16. Lifetime prevalence, psychiatric comorbidity and demographic correlates of "hikikomori" in a community population in Japan.

    Science.gov (United States)

    Koyama, Asuka; Miyake, Yuko; Kawakami, Norito; Tsuchiya, Masao; Tachimori, Hisateru; Takeshima, Tadashi

    2010-03-30

    The epidemiology of "hikikomori" (acute social withdrawal) in a community population is not clear, although it has been noted for the past decade in Japan. The objective of this study is to clarify the prevalence of "hikikomori" and to examine the relation between "hikikomori" and psychiatric disorders. A face-to-face household survey was conducted of community residents (n=4134). We defined "hikikomori" as a psychopathological phenomenon in which people become completely withdrawn from society for 6 months or longer. We asked all respondents whether they had any children currently experiencing "hikikomori". For respondents aged 20-49 years old (n=1660), we asked whether they had ever experienced "hikikomori". A total of 1.2% had experienced "hikikomori" in their lifetime. Among them, 54.5% had also experienced a psychiatric (mood, anxiety, impulse control, or substance-related) disorder in their lifetime. Respondents who experienced "hikikomori" had a 6.1 times higher risk of mood disorder. Among respondents, 0.5% currently had at least one child who had experienced "hikikomori". The study suggests that "hikikomori" is common in the community population in Japan. While psychiatric disorders were often comorbid with "hikikomori", half of the cases seem to be "primary hikikomori" without a comorbid psychiatric disorder. Copyright 2008 Elsevier Ltd. All rights reserved.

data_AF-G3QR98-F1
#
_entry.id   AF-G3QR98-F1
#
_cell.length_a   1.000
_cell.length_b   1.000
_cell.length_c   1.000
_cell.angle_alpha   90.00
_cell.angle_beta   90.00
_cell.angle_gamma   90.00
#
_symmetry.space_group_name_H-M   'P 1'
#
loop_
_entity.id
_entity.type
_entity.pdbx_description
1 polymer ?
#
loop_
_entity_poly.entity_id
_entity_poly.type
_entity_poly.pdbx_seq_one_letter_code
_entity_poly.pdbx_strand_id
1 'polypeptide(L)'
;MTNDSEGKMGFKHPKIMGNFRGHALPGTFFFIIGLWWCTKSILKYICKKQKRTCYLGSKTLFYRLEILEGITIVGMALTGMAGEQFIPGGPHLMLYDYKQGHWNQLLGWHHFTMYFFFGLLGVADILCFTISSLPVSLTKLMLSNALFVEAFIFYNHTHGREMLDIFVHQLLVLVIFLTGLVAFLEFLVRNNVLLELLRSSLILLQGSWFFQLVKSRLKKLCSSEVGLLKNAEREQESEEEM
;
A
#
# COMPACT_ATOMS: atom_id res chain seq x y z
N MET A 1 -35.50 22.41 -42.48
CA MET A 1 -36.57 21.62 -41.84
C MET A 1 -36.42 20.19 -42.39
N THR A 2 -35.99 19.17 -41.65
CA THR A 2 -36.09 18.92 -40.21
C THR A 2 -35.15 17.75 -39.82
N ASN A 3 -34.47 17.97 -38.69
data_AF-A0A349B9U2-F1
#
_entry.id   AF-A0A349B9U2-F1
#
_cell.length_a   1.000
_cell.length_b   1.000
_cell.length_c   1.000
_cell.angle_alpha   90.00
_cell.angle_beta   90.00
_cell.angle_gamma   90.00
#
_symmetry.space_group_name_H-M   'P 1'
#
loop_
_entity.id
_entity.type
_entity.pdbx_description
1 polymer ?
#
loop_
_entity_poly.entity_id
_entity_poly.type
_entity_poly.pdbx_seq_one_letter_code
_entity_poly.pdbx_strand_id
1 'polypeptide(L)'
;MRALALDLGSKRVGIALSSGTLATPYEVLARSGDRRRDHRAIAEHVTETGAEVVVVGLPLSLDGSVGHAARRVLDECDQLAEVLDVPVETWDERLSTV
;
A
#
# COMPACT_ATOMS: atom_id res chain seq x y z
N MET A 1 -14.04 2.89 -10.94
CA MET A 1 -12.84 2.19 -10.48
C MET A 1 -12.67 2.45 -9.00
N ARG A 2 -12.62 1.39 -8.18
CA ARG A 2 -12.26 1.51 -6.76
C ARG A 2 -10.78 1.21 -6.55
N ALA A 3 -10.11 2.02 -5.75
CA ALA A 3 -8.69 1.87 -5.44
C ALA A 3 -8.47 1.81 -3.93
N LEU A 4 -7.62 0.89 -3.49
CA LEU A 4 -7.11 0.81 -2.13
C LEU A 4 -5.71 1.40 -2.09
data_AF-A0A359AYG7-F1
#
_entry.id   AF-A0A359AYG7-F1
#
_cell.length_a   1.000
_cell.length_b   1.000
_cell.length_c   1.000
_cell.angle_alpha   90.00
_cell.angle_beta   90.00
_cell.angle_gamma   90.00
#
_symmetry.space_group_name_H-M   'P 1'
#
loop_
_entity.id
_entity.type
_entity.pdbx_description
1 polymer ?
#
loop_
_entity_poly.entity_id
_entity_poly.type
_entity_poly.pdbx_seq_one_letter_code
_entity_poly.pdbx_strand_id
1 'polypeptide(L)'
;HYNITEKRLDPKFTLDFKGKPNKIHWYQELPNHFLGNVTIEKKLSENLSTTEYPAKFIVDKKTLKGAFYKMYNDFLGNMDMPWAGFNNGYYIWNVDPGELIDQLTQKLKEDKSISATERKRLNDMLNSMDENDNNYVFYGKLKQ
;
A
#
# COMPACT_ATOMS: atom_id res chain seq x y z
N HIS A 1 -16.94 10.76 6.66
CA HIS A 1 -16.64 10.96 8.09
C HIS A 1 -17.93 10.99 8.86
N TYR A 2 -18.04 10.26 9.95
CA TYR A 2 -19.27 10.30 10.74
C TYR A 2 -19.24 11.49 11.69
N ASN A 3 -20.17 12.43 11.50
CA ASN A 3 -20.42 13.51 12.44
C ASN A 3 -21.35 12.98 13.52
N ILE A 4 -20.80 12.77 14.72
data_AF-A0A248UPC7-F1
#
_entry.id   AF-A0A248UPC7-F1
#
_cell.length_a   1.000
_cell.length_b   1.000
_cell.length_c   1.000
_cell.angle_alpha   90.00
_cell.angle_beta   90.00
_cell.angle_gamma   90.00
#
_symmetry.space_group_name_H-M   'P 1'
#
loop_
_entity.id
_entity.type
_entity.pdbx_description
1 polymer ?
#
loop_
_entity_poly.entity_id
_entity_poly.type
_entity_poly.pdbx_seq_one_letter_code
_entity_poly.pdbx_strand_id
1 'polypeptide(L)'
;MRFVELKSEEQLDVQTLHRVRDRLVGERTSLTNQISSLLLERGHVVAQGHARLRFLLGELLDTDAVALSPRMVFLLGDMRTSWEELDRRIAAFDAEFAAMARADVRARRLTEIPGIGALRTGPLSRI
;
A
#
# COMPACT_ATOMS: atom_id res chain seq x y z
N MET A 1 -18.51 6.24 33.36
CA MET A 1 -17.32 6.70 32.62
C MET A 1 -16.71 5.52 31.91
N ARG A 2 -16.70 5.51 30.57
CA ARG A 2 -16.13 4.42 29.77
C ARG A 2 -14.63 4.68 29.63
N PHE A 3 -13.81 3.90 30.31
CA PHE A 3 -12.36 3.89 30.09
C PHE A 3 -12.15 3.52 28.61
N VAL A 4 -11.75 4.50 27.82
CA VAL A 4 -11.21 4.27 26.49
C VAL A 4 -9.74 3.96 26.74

17. Addiction in developmental perspective: influence of conduct disorder severity, subtype, and attention-deficit hyperactivity disorder on problem severity and comorbidity in adults with opioid dependence.

    NARCIS (Netherlands)

    Carpentier, P.J.; Knapen, L.J.; Gogh, M.T. van; Buitelaar, J.K.; Jong, C.A.J. de

    2012-01-01

    This retrospective cross-sectional study examines whether conduct disorder and attention deficit hyperactivity disorder are associated with problem severity and psychiatric comorbidity in 193 middle-aged, opioid-dependent patients. Conduct disorder history, attention deficit hyperactivity disorder,

  18. Psychiatric aspects of pediatric epilepsy: Focus on anxiety disorder

    Directory of Open Access Journals (Sweden)

    Sujita Kumar Kar

    2015-01-01